Insight Online News
Amsterdam, June 28 : Dutch Prime Minister Mark Rutte said Tuesday that Ukraine’s future lies within NATO, and the Netherlands will continue strengthening Ukraine’s air defense capabilities.
“Ukraine’s future and rightful place lie within NATO. And we will continue supporting this ambition. The Netherlands is taking responsibility in this regard. We are working hard to enhance Ukraine’s air defenses, and we will remain committed to that goal,” Rutte told a joint news conference with leaders of seven NATO allies after an informal pre-Summit dinner in The Hague.
Belgian Prime Minister Alexander De Croo told the news conference that Ukraine will become a NATO member “one day,” adding that the alliance needs to support Ukraine in the meantime.
“It is clear that Ukraine one day will be part of NATO. I think that it is crystal clear to everyone here. The question is: what do we do in the meantime? And in the meantime, we need to do two things: first of all, we need to provide a good political framework to make sure that we continue to have this rightful discussion together with our Ukrainian friends. Secondly, we need to provide the necessary security guarantees,”
The meeting was hosted by NATO Secretary General Jens Stoltenberg, co-hosted by Rutte and attended by Albanian Prime Minister Edi Rama, De Croo, Lithuanian President Gitanas Nauseda, Norwegian Prime Minister Jonas Gahr Store, Polish President Andrzej Duda and Romanian President Klaus Iohannis.
On Tuesday, Ukrainian Foreign Minister Dmytro Kuleba said in an interview with CNN that Kiev only received an invitation to a NATO-Ukraine Council, which will take place on the sideline of the NATO summit in Vilnius, adding that there was still an unambiguous position in NATO regarding Ukraine’s membership.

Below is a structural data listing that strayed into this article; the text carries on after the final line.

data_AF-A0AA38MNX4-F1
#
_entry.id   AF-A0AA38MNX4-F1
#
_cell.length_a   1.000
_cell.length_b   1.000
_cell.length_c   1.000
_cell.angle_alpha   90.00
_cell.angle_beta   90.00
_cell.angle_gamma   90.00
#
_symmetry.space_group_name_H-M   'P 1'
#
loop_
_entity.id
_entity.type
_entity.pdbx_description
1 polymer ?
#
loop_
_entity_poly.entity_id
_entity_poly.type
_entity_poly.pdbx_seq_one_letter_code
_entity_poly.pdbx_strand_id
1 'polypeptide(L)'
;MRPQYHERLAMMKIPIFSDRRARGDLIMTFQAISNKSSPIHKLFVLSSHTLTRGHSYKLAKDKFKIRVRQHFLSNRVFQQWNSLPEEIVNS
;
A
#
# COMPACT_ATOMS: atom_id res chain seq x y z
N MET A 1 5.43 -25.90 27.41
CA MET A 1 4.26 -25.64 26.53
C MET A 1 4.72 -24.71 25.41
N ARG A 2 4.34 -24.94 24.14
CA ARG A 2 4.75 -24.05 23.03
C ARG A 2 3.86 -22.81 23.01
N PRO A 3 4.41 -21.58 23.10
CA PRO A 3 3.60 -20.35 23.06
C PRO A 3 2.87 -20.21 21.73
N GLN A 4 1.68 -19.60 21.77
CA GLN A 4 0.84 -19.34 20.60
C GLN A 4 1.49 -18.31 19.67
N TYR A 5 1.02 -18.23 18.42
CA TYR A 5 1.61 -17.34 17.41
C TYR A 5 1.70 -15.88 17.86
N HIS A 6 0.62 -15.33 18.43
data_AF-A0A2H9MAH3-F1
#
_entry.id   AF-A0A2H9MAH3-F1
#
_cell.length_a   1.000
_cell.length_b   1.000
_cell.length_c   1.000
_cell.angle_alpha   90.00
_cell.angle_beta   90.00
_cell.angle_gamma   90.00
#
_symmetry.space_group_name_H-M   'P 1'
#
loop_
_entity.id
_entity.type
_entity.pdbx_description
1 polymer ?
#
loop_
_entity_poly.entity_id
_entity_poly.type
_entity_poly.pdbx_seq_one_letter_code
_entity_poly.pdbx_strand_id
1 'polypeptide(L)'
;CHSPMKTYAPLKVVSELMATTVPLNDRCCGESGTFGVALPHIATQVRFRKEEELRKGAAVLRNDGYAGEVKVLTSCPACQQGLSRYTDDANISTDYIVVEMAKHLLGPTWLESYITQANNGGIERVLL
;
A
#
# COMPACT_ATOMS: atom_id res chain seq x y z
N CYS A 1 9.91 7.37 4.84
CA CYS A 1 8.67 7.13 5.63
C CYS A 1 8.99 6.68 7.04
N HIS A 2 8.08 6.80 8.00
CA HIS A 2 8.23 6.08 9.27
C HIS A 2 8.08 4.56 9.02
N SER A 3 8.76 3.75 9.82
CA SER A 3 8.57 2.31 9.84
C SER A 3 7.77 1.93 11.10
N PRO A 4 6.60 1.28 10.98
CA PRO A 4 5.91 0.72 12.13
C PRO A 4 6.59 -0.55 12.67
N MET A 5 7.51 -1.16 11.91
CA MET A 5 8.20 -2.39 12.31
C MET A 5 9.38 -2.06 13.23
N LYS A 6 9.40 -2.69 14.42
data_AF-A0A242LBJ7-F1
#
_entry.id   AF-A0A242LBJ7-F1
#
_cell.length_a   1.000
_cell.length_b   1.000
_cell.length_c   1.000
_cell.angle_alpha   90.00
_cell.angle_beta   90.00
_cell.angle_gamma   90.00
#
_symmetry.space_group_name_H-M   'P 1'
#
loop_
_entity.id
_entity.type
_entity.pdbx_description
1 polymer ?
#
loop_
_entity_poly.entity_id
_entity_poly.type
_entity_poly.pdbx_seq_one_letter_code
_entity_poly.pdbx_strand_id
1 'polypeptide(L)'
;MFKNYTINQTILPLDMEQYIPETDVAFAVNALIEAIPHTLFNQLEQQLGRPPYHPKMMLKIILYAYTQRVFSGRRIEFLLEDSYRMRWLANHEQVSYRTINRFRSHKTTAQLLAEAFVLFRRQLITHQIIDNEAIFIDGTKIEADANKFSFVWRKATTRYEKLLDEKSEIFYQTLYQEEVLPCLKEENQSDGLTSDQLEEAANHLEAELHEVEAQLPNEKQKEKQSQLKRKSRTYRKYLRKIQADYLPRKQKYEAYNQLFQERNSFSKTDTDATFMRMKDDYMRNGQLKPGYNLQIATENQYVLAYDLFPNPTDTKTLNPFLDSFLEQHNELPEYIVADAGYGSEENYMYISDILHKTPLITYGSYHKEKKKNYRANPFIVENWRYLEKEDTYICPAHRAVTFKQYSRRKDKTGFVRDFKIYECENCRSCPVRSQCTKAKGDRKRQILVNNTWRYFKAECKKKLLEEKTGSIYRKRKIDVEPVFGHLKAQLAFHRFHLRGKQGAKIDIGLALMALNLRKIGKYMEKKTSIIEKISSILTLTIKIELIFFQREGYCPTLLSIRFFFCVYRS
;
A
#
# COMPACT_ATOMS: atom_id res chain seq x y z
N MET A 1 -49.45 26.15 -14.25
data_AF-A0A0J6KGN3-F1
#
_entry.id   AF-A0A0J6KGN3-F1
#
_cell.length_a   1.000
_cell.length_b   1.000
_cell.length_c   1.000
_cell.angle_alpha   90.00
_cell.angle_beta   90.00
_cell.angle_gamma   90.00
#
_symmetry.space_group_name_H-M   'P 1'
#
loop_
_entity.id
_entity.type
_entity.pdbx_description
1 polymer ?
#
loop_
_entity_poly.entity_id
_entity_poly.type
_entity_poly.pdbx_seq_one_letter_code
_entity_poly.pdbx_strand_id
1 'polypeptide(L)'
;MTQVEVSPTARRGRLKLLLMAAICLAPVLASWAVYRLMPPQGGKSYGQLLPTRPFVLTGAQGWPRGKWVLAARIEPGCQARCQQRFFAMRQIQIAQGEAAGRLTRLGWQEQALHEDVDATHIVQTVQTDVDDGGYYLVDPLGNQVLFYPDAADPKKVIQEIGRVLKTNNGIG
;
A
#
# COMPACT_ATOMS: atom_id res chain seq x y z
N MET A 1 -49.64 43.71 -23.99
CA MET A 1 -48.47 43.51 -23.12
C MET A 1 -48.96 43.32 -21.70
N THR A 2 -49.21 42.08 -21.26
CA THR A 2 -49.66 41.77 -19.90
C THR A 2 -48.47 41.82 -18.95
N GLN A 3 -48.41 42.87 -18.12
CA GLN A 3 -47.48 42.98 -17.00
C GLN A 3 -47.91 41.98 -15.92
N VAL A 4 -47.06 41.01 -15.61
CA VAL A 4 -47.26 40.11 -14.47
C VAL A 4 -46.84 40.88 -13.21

“All conditions are there to extend the invitation to Ukraine. If NATO fails to deliver … it means that again, the logic of fear will prevail. And it means that [Russian President Vladimir] Putin again benefit from it. And that’s what we’re fed up with,” Kuleba said, adding that the NATO summit would be a “big test for the West.”
Talking about Ukraine’s counteroffensive, Kuleba also said that “everyone wants a blockbuster” as “we are a generation of Netflix,” but it takes time “to evolve, especially when life of people, of real human beings is at stake.” He called “minefields, reinforced defensive lines, and Russia’s domination in the air” the three biggest issues with the counteroffensive against Russia.
On June 19, Stoltenberg said the top-level summit in July will be discussing not a formal invitation but rather ways in which “to move Ukraine closer to NATO.”
In early June, Ukrainian President Volodymyr Zelenskyy said that Kiev was hoping to receive a clear invitation to join the bloc at the summit in the Lithuanian capital of Vilnius. He also said the Ukrainian military was disappointed that Ukraine had not yet received a clear positive response about joining both the European Union and NATO.
Vilnius will host a NATO Summit from July 11 to 12. Stoltenberg will chair the meeting. Discussion about Ukraine’s NATO prospects, strengthening the alliance’s eastern flank, as well as defense spending are expected to top the agenda of the summit.